The best way to prevent sun damage to the skin is to avoid too much exposure. The easiest way to do this is to pay attention to when the sun’s rays are the strongest, and stay indoors or in the shade during these times. The higher the sun is in the sky, the more risk there is for UV exposure.
Here are some general guidelines:
Cover up. In the winter this is easy, since most of us will want to stay warm. Just remember the sunglasses and face mask to cover your nose, which is still vulnerable to sunburn. In the summer when it is hot, it can be tempting to go out with less clothes, which exposes more skin to UV light. I’ve found that loose clothing made from natural fibers such as linen or silk protects skin while keeping cool (and stylish!). Tightly woven sun hats with a broad brim are great because they create shade for the face, neck, and shoulders. Even a baseball cap can be useful.
If covering up is not an option, sunscreens may be used. Be selective in your choice of sunscreens: many contain chemicals and micronized minerals that could be harmful to the health of the wearer and the environment.
Herbal Sunburn Care
Most people know about Aloe vera as a topical herbal remedy for sunburn. In my experience, Aloe feels nice for a few minutes (until it dries) but does very little to decrease the severity or duration of a burn.
A few years ago, after learning about tulsi or holy basil’s ability to reverse abnormal cell growth caused by radiation, I began experimenting with using tulsi extract topically on sunburn. The first time I tried it, I had been out too long on a particularly sunny day in May. I wasn’t yet thinking about sun hats and staying indoors from 10am-4pm, and my nose had paid the price after a day of cycling. I pulled my tulsi tincture off the apothecary shelf and rubbed a little bit into my burn. Sure enough, the next day the redness and pain were gone. I’ve since learned that applying tulsi extract once, followed by healing lotion (to keep the skin hydrated) is an excellent remedy for sunburn.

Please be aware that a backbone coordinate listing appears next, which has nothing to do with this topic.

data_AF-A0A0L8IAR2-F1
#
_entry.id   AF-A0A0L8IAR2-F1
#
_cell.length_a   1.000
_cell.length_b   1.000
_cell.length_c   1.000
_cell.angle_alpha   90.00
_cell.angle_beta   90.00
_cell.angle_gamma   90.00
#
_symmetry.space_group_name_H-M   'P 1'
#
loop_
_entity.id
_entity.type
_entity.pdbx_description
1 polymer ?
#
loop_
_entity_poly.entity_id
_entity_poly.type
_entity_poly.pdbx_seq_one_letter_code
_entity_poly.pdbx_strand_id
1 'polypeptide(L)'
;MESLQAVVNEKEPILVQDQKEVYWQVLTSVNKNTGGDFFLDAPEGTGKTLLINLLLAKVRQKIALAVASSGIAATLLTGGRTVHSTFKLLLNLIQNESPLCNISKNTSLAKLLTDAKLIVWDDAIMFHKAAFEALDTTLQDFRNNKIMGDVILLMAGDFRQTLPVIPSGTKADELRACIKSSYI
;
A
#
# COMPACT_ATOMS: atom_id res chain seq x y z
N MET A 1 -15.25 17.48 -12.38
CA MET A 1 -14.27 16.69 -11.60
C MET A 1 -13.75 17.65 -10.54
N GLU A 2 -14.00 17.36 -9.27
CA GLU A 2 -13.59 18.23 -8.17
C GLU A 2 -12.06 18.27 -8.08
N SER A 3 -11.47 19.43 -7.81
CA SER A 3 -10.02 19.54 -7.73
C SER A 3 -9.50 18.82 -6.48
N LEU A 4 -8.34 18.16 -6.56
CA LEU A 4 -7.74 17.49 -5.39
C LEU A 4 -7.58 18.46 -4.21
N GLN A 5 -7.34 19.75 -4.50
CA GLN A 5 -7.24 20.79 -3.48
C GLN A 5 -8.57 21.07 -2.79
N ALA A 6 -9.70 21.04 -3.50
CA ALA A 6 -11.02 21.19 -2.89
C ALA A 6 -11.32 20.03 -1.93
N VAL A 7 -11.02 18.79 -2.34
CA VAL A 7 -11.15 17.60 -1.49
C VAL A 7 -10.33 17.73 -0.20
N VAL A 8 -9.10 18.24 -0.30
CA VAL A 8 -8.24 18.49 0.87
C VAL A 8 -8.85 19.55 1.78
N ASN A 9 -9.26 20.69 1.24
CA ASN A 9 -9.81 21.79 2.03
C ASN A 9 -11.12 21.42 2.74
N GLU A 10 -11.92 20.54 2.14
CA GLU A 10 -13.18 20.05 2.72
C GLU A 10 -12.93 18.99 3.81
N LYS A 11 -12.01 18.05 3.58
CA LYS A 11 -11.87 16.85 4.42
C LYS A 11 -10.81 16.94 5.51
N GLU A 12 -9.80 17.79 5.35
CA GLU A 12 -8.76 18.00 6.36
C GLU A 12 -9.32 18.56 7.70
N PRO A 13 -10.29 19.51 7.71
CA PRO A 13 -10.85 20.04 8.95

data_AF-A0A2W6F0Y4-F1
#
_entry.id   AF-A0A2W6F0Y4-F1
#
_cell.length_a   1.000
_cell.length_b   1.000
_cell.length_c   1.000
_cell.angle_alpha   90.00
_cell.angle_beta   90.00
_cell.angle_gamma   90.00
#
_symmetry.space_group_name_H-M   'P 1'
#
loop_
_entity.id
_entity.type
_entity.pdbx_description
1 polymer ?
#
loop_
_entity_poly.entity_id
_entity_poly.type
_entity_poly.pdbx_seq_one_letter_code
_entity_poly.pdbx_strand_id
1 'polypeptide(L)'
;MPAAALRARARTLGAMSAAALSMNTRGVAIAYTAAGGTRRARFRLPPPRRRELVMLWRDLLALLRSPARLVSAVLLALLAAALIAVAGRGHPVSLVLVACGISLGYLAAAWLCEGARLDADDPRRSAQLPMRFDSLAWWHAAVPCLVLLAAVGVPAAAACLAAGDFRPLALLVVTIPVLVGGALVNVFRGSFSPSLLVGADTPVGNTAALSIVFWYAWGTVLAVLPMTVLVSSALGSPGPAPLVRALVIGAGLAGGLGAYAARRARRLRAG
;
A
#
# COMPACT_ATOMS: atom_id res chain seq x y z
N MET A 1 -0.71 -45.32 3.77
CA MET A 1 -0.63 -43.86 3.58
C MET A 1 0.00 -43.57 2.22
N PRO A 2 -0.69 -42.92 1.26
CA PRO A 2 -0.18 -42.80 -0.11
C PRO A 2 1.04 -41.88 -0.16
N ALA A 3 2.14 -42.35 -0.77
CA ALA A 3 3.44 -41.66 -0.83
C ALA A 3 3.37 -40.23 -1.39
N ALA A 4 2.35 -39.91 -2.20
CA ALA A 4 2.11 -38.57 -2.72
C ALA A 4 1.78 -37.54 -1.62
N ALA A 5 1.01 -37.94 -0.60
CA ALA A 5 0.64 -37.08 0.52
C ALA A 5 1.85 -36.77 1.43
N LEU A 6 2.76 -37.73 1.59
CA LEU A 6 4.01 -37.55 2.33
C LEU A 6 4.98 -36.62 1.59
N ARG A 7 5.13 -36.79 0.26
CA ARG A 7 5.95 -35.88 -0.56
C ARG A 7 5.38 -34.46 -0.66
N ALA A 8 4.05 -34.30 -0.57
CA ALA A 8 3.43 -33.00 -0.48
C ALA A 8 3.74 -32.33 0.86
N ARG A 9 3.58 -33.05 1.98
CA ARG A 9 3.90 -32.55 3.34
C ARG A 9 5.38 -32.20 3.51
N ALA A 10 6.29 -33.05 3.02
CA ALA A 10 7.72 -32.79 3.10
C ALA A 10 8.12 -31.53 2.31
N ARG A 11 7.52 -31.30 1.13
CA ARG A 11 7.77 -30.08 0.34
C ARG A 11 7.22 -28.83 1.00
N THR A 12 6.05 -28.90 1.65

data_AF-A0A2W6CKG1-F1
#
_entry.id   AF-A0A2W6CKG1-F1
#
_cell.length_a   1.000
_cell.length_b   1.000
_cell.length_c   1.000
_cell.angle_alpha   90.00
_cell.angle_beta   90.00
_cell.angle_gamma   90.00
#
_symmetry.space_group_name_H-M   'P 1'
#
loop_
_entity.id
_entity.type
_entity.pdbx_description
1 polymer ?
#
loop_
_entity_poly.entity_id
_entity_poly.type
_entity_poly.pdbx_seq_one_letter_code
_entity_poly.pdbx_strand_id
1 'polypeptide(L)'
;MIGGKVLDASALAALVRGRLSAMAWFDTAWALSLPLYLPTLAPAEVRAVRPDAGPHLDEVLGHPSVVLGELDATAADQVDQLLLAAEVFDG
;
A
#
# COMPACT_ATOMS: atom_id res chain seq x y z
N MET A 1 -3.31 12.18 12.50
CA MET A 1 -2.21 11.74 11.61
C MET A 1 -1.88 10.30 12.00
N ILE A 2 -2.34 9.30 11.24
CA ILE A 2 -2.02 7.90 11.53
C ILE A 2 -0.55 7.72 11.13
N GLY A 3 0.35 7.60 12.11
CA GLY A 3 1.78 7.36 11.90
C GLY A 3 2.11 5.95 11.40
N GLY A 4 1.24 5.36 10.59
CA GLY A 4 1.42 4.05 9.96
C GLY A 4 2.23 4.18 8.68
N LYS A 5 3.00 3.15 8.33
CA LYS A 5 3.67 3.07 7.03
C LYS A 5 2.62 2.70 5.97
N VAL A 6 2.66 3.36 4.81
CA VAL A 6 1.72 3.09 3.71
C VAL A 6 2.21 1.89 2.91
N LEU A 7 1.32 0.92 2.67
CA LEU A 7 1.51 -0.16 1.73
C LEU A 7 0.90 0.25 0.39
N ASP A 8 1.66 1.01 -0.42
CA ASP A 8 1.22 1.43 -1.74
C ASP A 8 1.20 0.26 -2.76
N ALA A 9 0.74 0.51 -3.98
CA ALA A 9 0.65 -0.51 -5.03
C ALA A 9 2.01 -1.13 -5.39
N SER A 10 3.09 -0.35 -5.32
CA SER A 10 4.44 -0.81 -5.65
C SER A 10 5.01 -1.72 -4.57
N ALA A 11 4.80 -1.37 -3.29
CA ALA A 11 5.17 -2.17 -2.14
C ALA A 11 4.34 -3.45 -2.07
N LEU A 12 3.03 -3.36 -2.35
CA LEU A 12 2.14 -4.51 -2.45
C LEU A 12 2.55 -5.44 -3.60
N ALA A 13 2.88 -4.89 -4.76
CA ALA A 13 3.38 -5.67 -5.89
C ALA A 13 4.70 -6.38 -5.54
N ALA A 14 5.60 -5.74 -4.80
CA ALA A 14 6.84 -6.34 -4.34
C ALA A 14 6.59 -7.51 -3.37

For very severe or widespread sunburn, a strong infusion of tulsi, green tea, and Calendula may be more appropriate, since the alcohol in most tinctures can be drying to the skin. I recommend green tea here because it has been shown to both prevent sunburn when used topically and to repair UVB-induced damage. This infusion can be applied directly to the skin, or added to a room temperature bath for soaking. As with the tincture, allow the skin to air-dry and apply healing lotion afterwards.
It is also important to stay hydrated and well rested. Sunburn, as with other types of burns, should be treated and cared for like a wound. Drinking adequate amounts of water and getting plenty of sleep allows the body to heal at an optimal rate.
Directions: Bring water to a boil, pour over herbs, and let steep, covered, until cool. Strain and store in the refrigerator for up to 4 days. Apply directly to sunburnt skin or add to room temperature bath water.
(adapted from Rosemary Gladstar’s lotion recipe)
Thanks for reading!
By Emma Merritt, clinical herbalist at Railyard Apothecary
To book a 1-on-1 herbal consultation with Emma, click here.
Emma will be teaching a class on sun protection online on Wed., July 15th, 6-7pm. Register and info here. If you're reading this after that date, you can take a look for the class recording here.